Date of Completion


Embargo Period



distributed storage systems, parallel file systems, high-performance computing, big data

Major Advisor

John Chandy

Associate Advisor

Bing Wang

Associate Advisor

Mohammad Khan

Field of Study

Electrical Engineering


Doctor of Philosophy

Open Access

Open Access


With the decreasing cost and wide-spread use of commodity hard drives, it has become possible to create very large-scale storage systems with less expense. However, as we approach exabyte-scale storage systems, maintaining important features such as energy-efficiency, performance, reliability and usability became increasingly difficult. Despite the decreasing cost of storage systems, the energy consumption of these systems still needs to be addressed in order to retain cost-effectiveness. Any improvements in a storage system can be outweighed by high energy costs. On the other hand, large-scale storage systems can benefit more from the object storage features for improved performance and usability. One area of concern is metadata performance bottleneck of applications reading large directories or creating a large number of files. Similarly, computation on big data where data needs to be transferred between compute and storage clusters adversely affects I/O performance. As the storage systems become more complex and larger, transferring data between remote compute and storage tiers becomes impractical. Furthermore, storage systems implement reliability typically at the file system or client level. This approach might not always be practical in terms of performance. Lastly, object storage features are usually tailored to specific use cases that makes it harder to use them in various contexts.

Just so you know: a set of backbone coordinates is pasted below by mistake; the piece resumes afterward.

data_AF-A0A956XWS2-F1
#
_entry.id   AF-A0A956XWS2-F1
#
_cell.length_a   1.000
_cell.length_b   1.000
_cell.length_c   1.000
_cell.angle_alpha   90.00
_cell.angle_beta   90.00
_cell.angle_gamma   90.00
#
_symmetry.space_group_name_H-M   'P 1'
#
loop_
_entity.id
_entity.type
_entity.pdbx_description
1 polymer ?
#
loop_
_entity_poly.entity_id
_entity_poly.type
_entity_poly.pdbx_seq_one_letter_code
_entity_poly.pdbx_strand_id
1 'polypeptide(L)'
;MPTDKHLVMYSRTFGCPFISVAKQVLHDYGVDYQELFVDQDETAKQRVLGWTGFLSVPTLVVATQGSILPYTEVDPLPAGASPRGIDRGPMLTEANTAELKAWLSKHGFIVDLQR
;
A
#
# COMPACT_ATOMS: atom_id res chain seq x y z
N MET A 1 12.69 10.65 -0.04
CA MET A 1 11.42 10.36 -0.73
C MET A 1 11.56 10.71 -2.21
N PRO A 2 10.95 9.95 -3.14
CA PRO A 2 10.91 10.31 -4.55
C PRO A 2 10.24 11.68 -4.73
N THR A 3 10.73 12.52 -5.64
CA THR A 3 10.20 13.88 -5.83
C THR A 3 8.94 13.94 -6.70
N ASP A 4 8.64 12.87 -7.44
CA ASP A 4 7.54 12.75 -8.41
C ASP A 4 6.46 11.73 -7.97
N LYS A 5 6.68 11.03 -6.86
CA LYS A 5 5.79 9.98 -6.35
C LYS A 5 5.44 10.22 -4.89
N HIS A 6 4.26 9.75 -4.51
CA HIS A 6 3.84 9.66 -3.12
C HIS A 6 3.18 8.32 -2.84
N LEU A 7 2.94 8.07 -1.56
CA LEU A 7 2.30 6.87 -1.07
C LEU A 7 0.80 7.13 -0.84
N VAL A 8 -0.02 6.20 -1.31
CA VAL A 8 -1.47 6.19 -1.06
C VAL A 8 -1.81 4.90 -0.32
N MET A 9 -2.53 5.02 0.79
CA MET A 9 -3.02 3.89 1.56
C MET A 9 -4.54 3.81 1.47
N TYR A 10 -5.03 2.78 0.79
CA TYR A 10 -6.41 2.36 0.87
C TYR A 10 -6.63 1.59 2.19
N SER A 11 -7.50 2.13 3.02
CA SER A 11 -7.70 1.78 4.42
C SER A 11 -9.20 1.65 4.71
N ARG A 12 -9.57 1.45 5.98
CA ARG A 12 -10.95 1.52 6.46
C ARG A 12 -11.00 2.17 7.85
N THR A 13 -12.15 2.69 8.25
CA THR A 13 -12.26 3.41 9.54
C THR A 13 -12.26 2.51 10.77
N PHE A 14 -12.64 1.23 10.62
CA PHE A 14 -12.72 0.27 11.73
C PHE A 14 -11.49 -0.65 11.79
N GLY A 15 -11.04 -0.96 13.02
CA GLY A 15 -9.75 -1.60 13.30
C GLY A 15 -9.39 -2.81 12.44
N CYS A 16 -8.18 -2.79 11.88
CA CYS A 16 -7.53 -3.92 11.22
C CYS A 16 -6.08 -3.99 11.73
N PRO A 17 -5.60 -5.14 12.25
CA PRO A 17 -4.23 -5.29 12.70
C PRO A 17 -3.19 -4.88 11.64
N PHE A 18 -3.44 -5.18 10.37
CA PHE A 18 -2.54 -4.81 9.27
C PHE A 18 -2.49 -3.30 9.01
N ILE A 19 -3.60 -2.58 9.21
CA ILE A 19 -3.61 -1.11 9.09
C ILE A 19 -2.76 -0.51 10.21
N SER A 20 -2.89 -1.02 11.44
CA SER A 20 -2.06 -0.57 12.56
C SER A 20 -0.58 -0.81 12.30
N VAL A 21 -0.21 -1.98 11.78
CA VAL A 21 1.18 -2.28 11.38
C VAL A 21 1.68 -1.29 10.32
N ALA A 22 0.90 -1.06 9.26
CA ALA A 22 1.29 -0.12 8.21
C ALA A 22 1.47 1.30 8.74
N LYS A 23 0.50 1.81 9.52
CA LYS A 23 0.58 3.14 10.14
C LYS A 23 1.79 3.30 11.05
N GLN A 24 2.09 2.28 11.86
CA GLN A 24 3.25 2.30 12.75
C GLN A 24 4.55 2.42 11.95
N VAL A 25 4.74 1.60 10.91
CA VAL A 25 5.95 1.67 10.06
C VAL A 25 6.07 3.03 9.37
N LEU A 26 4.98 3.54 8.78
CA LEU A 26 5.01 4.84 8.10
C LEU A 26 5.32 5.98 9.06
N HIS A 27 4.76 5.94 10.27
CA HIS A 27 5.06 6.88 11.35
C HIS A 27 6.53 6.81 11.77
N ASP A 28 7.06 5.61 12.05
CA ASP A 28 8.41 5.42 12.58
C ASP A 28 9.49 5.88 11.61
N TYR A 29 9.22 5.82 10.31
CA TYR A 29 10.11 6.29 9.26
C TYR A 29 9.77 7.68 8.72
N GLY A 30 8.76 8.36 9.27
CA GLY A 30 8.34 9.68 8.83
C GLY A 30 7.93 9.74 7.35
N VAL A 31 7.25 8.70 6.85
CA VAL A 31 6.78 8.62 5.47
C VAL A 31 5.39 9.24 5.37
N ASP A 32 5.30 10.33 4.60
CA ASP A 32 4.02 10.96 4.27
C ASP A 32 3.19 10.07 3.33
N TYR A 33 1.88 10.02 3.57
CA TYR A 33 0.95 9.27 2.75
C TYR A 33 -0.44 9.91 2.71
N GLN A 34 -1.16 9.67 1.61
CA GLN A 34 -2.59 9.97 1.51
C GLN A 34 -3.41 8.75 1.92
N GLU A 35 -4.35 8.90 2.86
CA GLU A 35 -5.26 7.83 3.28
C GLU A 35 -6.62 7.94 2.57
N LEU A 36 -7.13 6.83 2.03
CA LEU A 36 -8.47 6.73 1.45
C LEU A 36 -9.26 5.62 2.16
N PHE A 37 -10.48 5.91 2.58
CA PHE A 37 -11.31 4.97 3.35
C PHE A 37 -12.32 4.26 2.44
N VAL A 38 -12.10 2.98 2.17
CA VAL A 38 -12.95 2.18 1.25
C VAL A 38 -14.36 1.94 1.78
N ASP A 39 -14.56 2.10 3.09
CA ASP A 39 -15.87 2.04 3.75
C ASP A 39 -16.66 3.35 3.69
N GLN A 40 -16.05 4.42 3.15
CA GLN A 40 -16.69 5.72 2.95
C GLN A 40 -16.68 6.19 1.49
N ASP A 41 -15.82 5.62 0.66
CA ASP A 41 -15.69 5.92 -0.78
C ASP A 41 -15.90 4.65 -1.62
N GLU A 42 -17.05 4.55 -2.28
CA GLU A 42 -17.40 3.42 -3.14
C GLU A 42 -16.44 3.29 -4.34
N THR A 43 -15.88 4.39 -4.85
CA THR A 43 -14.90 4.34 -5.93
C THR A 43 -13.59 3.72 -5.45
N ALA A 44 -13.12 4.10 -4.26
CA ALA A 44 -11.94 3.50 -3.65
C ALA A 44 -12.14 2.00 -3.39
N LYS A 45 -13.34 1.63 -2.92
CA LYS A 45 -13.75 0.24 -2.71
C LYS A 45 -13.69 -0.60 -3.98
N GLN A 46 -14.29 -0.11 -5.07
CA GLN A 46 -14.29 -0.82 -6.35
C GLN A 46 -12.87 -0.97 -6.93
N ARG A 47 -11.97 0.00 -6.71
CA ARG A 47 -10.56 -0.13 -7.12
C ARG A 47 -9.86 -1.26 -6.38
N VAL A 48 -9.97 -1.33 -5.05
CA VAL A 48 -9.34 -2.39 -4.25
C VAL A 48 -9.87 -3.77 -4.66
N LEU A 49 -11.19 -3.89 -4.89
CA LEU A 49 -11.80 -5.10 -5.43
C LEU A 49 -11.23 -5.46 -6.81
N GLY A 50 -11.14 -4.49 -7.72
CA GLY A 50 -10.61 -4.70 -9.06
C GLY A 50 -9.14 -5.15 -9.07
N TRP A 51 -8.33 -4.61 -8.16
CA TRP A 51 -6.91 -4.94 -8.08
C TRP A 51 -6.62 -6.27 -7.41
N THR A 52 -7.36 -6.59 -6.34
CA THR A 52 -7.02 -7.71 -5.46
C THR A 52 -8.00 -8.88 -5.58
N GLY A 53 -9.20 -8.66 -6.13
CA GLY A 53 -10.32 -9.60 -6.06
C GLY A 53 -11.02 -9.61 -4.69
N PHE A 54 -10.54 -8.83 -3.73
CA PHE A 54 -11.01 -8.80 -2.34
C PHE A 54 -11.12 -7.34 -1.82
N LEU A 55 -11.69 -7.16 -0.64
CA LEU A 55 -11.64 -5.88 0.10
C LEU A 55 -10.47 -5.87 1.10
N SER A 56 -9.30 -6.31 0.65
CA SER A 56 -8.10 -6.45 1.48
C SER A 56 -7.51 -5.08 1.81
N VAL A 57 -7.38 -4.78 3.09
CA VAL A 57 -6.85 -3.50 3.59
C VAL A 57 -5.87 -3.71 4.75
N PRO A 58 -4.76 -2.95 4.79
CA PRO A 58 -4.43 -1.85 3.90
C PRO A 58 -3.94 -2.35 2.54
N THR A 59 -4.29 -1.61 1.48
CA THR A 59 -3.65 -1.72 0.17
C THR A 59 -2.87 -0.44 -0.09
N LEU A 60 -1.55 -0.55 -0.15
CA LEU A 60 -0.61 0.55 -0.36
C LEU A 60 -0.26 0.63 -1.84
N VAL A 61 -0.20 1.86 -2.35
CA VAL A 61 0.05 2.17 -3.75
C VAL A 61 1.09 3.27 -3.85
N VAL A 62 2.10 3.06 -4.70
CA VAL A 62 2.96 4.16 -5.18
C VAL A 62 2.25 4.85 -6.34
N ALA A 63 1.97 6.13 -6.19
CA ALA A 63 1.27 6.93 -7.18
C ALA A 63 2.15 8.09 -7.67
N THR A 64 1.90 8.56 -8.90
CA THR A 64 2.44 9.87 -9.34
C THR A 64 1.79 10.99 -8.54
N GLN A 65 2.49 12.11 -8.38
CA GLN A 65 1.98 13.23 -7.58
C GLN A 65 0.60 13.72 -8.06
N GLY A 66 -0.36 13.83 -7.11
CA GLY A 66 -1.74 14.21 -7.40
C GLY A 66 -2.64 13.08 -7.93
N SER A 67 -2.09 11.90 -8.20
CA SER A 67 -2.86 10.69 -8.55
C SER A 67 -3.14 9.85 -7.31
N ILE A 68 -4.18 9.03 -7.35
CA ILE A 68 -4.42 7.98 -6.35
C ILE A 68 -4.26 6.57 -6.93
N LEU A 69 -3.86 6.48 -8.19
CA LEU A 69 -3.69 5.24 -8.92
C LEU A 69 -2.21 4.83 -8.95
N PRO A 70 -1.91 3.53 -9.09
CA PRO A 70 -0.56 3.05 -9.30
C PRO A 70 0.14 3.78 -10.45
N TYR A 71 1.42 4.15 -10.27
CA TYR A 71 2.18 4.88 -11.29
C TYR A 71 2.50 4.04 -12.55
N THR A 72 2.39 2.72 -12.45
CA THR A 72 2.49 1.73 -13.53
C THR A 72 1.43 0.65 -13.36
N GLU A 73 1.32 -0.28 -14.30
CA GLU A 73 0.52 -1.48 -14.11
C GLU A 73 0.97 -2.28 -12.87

In this thesis, we are presenting several approaches to enhance energy-efficiency, performance, reliability and usability of large-scale storage systems. To begin with, we improve the energy-efficiency of storage systems by moving I/O load to a subset of the storage nodes with energy-aware node allocation methods and turn off the unused nodes, while preserving load balance on demand. To address the metadata performance issue associated with large creates and directory reads, we represent directories with object storage collections and implement lazy creation of objects. Similarly, in-situ computation on large-scale data is enabled by using object storage features to integrate a computational framework with the existing object storage layer to eliminate the need to transfer data between compute and storage silos for better performance. We then present parity-based redundancy using object storage features to achieve reliability with less performance impact. Finally, unified storage brings together the object storage features to meet the needs of distinct use cases; such as cloud storage, big data or high-performance computing to alleviate the unnecessary fragmentation of storage resources. We evaluate each proposed approach thoroughly and validate their effectiveness in terms of improving energy-efficiency, performance, reliability and usability of a large-scale storage system.